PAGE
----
Twenty years ago, WordPress was released. A couple of months after that, the third edition of Core PHP Programming was published. I recognized the potential of PHP in 1997, and I found a switch to WordPress in 2003 to be “an interesting idea that would encourage me to write more content more often“. Today and for a long time, most of the Web has run on WordPress and PHP (and MySQL). I recall justifying PHP over Perl (or any number of other platforms that have come and gone). I recall justifying WordPress over other CMSs. Today, it’s hard to argue against either given the long track record of performance.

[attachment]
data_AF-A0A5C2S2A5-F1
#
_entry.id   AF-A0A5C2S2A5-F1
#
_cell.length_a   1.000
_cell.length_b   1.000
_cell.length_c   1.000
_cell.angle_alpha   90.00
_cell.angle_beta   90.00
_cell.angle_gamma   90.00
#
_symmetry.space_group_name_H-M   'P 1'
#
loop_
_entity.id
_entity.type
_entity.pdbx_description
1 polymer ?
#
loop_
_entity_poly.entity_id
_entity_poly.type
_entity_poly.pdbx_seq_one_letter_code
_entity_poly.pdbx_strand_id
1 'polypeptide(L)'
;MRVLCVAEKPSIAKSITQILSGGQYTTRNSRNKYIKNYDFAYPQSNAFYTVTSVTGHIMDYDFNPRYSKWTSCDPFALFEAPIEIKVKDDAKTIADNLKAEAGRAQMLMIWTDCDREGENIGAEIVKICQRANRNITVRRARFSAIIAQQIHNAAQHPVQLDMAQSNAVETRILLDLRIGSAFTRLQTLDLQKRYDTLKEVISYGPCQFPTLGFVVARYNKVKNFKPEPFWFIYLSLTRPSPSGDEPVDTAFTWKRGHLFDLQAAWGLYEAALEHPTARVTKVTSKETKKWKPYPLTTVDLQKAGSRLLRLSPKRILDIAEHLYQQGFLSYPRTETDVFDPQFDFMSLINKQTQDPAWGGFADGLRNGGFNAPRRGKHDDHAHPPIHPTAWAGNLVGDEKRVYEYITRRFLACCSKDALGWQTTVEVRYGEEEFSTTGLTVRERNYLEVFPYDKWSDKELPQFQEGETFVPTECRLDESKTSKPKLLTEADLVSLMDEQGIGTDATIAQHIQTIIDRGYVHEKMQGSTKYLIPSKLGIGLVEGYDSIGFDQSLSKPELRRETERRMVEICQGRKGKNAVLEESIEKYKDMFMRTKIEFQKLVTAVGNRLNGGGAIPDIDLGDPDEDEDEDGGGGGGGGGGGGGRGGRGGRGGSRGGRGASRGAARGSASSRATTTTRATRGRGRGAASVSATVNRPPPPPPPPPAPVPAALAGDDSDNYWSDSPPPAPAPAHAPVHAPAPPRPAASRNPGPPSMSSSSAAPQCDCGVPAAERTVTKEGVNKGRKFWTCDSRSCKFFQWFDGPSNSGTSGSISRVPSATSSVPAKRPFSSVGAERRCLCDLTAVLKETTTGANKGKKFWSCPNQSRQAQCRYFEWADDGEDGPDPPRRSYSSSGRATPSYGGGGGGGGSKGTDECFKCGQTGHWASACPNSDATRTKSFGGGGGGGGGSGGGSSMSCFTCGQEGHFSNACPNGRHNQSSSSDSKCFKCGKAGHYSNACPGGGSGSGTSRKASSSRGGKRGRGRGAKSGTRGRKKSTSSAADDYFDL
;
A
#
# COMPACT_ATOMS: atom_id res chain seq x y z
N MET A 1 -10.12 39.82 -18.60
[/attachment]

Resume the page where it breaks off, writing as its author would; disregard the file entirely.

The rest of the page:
The primary argument I hear is that these tools aren’t fashionable. Well, it’s usually spoken like, “it doesn’t feel modern”. Yeah, WordPress is boring, as in, no one will think you’re crazy for picking it to build your marketing site. It is a completely reasonable choice for the typical site, and if you can’t find a plugin to cover some unusual feature you need, it’s easy to create one because the whole stack is open source.